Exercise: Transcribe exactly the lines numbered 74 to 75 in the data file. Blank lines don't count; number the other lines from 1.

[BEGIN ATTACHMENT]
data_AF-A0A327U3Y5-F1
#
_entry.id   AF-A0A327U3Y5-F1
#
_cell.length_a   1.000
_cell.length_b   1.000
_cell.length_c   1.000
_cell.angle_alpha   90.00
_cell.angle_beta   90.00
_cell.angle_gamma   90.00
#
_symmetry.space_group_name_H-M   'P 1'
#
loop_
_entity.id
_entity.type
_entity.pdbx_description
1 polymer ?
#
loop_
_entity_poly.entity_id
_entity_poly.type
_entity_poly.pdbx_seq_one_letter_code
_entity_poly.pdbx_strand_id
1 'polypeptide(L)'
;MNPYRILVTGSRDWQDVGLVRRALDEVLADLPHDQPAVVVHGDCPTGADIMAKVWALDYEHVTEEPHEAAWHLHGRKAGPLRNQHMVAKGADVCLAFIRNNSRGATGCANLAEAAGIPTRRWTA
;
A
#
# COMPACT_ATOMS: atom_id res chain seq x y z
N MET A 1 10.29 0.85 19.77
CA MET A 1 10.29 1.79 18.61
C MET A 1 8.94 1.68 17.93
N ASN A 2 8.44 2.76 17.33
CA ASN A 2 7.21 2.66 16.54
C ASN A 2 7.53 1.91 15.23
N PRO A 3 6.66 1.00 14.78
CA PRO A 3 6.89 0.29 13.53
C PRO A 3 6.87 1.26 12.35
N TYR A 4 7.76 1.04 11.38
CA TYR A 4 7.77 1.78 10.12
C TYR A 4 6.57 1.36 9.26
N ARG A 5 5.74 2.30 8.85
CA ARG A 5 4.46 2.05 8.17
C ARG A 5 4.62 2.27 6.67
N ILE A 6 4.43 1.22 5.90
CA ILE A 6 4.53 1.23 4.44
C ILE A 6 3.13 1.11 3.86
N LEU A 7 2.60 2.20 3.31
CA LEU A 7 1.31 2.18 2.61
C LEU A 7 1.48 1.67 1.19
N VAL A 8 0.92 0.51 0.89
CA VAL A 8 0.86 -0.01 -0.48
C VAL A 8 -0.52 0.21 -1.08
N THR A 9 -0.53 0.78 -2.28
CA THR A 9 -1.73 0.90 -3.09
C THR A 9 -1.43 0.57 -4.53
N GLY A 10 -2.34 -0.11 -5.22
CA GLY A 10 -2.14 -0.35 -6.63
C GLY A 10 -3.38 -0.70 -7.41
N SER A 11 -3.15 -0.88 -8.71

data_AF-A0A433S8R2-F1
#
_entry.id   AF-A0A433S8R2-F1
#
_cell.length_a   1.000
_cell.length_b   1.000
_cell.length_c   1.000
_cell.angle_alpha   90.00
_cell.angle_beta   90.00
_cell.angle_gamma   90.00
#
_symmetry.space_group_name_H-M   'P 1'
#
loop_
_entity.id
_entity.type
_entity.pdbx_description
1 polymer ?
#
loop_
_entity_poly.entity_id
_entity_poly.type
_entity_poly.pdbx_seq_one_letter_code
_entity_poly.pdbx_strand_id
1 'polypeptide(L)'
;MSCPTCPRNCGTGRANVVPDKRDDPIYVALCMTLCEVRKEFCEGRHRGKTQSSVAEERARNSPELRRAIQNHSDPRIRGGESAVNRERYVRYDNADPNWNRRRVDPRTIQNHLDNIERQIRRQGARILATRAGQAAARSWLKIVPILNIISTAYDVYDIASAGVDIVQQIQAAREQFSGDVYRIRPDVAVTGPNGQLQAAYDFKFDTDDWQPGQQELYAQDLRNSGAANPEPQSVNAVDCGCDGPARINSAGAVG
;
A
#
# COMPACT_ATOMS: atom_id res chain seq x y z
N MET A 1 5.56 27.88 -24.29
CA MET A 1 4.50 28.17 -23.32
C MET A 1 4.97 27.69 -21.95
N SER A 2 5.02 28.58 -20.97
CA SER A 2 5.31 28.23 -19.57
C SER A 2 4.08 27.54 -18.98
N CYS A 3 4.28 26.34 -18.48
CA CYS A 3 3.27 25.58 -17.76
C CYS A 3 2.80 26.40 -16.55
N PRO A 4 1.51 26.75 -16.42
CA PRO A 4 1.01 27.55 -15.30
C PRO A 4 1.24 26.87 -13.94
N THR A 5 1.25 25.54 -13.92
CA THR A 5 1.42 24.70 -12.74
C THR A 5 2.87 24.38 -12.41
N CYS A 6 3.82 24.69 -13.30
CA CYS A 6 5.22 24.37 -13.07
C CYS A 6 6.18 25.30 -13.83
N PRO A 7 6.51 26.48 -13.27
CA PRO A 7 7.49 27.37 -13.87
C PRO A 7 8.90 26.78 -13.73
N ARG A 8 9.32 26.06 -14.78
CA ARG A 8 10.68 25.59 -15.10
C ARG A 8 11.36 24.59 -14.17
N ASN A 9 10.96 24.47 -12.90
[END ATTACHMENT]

#
loop_